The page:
Joseph Barela, a retired social worker, died peacefully early Thursday morning at his home in Albuquerque. He was born on November of 1926 in the then-thriving town of San Marcial on the banks of the Rio Grande in Socorro County. Joe might have led the idyllic life of a small-town boy but for two catastrophic floods one summer that sent women and children fleeing to the hills as adobe homes, and businesses melted in the rushing waters, and silt buried to the roof top anything left standing. The Santa Fe Railroad gave up on the town and moved operations to Albuquerque and Joe's family went with it. So it was that Joe grew up in the city on South Broadway in a home that still stands.
He always liked to drive by and take a look at the old homestead. It's near the rail yards where he would climb under the fence to visit his dad working in the train machine shops and supply depots. It was also close enough to downtown Albuquerque, which was a lively and exciting place of adventure for young Joe. The excitement of the city with its buildings and museums inspired his life-long interest in photography, cities, world travel, architecture, movies and history. As the WWII troop trains rolled through town, Joe enlisted in the Army and served in the Asiatic Pacific Campaign at Okinawa in the 136th AntiAircraft Artillery Battalion. After the war he attended the University of New Mexico and soon found another way to serve others through what was then known as the State Welfare Department. As a social worker in Belen and Albuquerque, Joe worked to find provision for the poorest of the poor. At the time he began his career there was no help for the disabled, no programs for affordable health care for the indigent and aged and no supplementary food help for the hungry. Social workers were like relief workers and Joe did all in his power to find and bring aid and assistance for his clients. In the decades that followed, as the nation responded with better programs for the needy, Joe responded by tackling the new bureaucracies and moving into supervisory roles in the department to get the new forms of aid out to the clients.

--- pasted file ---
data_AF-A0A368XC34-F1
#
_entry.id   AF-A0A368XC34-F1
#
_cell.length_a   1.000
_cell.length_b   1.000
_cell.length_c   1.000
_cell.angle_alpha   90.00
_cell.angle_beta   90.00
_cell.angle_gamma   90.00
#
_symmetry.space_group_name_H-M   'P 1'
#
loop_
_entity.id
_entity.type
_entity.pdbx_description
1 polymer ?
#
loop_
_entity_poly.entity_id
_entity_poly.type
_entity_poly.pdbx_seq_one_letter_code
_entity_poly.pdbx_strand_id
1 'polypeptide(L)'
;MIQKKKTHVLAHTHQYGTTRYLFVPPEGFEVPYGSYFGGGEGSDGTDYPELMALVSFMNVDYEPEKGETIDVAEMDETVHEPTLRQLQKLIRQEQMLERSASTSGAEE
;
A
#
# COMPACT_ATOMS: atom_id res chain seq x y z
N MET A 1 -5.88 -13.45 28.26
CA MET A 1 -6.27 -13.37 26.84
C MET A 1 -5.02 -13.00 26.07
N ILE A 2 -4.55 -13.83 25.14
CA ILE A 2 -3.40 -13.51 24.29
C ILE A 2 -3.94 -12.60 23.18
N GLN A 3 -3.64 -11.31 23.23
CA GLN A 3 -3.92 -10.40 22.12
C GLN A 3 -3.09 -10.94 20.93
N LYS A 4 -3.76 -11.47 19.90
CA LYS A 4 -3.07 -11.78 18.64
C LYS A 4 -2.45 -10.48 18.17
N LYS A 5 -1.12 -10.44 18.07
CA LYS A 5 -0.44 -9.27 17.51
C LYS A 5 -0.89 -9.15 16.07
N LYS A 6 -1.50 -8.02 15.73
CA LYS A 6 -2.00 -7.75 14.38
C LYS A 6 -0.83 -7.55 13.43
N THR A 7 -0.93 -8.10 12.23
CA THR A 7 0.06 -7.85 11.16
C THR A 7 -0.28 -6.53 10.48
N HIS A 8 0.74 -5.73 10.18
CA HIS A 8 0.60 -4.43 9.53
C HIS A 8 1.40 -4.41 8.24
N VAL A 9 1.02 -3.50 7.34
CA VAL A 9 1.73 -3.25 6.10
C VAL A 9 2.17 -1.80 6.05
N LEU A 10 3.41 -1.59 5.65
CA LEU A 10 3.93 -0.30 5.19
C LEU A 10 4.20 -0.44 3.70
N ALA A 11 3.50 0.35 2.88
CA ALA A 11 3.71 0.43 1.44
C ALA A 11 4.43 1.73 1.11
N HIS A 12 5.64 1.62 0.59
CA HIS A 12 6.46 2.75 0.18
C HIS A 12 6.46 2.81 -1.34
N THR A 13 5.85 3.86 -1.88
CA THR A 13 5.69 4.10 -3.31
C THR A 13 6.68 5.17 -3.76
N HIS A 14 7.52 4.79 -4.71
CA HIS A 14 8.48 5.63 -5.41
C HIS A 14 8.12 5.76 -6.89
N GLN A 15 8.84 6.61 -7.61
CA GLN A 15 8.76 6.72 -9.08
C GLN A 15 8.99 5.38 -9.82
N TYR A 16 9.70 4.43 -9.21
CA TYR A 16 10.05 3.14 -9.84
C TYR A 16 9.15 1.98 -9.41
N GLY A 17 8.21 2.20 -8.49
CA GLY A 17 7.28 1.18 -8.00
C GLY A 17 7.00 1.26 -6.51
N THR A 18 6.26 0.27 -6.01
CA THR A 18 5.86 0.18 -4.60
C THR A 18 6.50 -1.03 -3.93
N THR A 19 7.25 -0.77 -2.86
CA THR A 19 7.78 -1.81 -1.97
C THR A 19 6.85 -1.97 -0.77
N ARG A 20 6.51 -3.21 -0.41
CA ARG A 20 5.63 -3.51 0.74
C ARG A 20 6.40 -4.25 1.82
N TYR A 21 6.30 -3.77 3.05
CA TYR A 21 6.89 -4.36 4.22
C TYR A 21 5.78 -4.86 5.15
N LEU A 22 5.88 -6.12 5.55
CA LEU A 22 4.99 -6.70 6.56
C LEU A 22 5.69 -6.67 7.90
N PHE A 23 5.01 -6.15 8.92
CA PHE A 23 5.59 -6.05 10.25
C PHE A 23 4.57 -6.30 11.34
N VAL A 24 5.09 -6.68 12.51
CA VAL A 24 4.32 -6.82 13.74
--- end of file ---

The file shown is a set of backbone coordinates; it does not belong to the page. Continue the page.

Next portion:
Joe's compassion and energy overflowed into his life as a husband, parent and grandparent. His family was everything to him and time spent in outings and get-togethers remained his greatest joy until the end of his days. It's this love of family and zest for life that kept him for years interested and involved, optimistic and cheerful to the age of 92 despite severe physical challenges after a devastating stroke. Joseph is survived by his brother, Albert of San Jose, California; loving sisters-in-laws, Angie Vallejos, Nora Rivera, Corinne Willison (Ray) and Christina Peralta; children, Regina Cappello, John Francis, Lawrence, and JoAnna Hammon (Eric); his grandchildren, Daniel, Jordan (Veronica), Kyle, Samantha (Tyler), and Ashley (Ben); and his great-grandchildren, Alexya, Damian, Brayden, Jasmine, Jackson, Koby and Ethan; and numerous nieces, and nephews who cherished him. He was preceded in death by his wife, Sadie Peralta Barela; father, Vicente Barela; mother, Tomasita Garcia Barela; and sister, Mary Mares (Bill).
A Visitation will be held on Tuesday, March 19, 2019, 9:00 a.m. with a Rosary to follow at 10:00 a.m. and a Funeral Service to follow at 10:30 a.m. at FRENCH – Westside. Interment will follow at Mt. Calvary at 1900 Edith Blvd. NE.